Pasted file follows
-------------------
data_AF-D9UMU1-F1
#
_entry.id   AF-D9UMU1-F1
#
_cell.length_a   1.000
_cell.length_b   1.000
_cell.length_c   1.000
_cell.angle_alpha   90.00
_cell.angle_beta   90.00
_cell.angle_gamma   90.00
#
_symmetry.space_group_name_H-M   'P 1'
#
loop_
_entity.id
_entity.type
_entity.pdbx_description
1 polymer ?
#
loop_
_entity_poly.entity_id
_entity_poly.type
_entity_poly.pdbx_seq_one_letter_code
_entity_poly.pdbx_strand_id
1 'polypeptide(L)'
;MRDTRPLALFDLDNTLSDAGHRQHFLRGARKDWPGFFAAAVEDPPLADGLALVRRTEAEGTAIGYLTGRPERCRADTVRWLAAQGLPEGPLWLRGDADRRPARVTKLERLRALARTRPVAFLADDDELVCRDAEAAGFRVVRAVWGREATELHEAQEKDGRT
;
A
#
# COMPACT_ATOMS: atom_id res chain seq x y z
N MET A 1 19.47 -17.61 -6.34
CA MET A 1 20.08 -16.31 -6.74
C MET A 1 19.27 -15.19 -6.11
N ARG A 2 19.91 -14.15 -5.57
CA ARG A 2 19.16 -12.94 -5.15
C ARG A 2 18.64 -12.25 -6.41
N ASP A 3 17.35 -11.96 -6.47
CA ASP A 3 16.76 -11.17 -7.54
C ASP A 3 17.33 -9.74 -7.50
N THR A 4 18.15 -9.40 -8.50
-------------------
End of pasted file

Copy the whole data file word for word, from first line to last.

data_AF-D9UMU1-F1
#
_entry.id   AF-D9UMU1-F1
#
_cell.length_a   1.000
_cell.length_b   1.000
_cell.length_c   1.000
_cell.angle_alpha   90.00
_cell.angle_beta   90.00
_cell.angle_gamma   90.00
#
_symmetry.space_group_name_H-M   'P 1'
#
loop_
_entity.id
_entity.type
_entity.pdbx_description
1 polymer ?
#
loop_
_entity_poly.entity_id
_entity_poly.type
_entity_poly.pdbx_seq_one_letter_code
_entity_poly.pdbx_strand_id
1 'polypeptide(L)'
;MRDTRPLALFDLDNTLSDAGHRQHFLRGARKDWPGFFAAAVEDPPLADGLALVRRTEAEGTAIGYLTGRPERCRADTVRWLAAQGLPEGPLWLRGDADRRPARVTKLERLRALARTRPVAFLADDDELVCRDAEAAGFRVVRAVWGREATELHEAQEKDGRT
;
A
#
# COMPACT_ATOMS: atom_id res chain seq x y z
N MET A 1 19.47 -17.61 -6.34
CA MET A 1 20.08 -16.31 -6.74
C MET A 1 19.27 -15.19 -6.11
N ARG A 2 19.91 -14.15 -5.57
CA ARG A 2 19.16 -12.94 -5.15
C ARG A 2 18.64 -12.25 -6.41
N ASP A 3 17.35 -11.96 -6.47
CA ASP A 3 16.76 -11.17 -7.54
C ASP A 3 17.33 -9.74 -7.50
N THR A 4 18.15 -9.40 -8.50